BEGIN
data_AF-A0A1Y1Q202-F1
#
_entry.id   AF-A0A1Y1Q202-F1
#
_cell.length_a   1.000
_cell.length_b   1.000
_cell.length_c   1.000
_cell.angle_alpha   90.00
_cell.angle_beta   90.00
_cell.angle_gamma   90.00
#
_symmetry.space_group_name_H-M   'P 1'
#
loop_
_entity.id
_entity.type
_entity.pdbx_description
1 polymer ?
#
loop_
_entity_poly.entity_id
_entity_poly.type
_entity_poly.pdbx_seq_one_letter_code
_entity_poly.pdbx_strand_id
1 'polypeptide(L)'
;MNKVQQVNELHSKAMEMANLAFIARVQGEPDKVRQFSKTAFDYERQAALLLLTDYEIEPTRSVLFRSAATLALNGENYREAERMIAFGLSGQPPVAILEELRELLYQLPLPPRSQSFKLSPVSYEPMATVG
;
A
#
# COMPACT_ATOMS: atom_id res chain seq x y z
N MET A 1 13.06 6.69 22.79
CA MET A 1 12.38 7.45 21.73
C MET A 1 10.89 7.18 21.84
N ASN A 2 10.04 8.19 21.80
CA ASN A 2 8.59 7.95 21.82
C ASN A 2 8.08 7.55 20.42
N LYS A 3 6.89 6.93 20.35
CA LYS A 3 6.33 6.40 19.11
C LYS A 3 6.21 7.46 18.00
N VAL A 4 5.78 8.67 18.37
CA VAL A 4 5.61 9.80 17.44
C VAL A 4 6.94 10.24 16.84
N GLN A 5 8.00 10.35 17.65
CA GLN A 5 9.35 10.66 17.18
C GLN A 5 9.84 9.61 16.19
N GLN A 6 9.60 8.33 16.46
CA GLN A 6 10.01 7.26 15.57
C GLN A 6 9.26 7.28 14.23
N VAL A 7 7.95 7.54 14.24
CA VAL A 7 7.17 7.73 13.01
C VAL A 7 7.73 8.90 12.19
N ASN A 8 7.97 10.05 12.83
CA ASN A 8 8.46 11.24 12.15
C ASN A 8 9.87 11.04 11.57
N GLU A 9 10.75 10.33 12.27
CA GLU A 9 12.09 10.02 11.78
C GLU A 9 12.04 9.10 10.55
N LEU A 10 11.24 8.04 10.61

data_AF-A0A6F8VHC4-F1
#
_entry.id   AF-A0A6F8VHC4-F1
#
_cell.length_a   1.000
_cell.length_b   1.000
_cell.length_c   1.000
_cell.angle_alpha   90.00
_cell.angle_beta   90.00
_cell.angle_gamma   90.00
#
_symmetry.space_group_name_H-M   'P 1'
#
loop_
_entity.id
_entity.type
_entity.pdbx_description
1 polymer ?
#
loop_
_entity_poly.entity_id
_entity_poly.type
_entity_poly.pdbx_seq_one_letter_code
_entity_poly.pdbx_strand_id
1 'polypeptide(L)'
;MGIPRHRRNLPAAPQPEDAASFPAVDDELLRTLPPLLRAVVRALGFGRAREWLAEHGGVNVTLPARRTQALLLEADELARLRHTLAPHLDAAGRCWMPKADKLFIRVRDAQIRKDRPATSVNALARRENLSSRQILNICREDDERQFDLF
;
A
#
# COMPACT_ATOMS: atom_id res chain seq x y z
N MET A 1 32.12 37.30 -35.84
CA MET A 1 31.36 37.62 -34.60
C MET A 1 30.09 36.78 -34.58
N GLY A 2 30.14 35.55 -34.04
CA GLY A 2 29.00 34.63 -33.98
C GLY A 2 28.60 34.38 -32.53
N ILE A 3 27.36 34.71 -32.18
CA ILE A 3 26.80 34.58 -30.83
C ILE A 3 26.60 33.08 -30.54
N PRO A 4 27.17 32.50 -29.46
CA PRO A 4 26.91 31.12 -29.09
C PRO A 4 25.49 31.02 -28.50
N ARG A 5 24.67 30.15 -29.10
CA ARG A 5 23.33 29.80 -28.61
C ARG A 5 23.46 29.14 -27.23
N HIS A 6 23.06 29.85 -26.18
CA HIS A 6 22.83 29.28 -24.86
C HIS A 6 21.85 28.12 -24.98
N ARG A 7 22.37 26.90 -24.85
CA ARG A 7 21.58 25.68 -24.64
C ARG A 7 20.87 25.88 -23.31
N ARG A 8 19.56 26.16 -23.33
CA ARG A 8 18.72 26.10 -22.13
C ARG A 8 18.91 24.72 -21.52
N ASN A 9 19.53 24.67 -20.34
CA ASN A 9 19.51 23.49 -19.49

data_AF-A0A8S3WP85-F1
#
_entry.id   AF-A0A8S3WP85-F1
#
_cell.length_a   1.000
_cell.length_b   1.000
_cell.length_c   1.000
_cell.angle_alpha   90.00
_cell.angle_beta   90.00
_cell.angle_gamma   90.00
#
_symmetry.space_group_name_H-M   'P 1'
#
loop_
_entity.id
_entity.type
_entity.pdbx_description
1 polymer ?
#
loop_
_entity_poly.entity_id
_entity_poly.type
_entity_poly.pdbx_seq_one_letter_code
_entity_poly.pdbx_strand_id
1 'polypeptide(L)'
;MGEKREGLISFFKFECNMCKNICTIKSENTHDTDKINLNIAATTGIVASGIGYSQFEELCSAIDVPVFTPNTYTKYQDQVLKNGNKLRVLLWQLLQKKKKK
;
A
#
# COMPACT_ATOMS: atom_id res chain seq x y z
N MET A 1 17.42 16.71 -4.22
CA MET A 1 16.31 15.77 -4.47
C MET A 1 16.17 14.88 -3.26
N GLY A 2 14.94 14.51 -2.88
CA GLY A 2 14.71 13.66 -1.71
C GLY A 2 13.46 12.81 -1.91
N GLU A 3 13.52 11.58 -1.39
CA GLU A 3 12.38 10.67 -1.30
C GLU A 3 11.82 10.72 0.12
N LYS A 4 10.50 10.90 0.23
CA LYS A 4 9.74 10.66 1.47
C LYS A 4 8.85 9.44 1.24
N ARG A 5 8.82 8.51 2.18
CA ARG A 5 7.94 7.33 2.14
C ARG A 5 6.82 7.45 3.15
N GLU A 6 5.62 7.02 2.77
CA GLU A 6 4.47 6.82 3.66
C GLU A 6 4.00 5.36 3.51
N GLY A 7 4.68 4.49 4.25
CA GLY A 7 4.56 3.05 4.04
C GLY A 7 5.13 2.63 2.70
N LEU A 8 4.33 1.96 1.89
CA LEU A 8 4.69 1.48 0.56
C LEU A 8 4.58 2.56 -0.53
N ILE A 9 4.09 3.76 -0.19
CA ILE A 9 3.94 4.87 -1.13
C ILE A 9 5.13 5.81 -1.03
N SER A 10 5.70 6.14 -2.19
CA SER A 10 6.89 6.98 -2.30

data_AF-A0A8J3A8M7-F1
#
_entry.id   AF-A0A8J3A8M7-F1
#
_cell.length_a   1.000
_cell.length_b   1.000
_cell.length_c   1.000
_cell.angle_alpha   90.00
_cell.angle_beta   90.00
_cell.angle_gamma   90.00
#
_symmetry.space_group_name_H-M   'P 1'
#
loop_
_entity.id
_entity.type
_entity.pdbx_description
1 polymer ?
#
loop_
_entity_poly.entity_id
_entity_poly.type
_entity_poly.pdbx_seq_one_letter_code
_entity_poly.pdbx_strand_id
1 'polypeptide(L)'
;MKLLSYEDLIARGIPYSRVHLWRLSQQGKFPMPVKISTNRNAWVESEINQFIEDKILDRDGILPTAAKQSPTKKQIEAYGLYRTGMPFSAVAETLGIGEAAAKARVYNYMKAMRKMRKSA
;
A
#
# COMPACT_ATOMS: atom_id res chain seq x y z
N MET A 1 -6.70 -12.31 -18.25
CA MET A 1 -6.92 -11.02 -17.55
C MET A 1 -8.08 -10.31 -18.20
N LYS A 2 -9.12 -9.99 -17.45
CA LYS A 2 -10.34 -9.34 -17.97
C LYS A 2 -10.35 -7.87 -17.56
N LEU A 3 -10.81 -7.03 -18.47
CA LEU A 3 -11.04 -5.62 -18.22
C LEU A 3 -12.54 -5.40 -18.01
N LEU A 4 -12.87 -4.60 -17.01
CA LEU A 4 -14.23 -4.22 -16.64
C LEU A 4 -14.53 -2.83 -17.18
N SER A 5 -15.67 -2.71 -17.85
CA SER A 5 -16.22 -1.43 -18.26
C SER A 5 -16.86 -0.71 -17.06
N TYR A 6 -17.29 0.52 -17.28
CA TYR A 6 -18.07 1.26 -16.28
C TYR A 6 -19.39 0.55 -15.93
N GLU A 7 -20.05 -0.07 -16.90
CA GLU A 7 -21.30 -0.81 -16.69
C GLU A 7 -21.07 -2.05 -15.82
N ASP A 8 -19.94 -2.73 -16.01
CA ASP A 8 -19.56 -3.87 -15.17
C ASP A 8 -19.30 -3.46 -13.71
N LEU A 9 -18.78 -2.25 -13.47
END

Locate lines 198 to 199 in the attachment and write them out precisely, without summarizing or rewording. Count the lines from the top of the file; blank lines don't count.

1 'polypeptide(L)'
;MKLLSYEDLIARGIPYSRVHLWRLSQQGKFPMPVKISTNRNAWVESEINQFIEDKILDRDGILPTAAKQSPTKKQIEAYGLYRTGMPFSAVAETLGIGEAAAKARVYNYMKAMRKMRKSA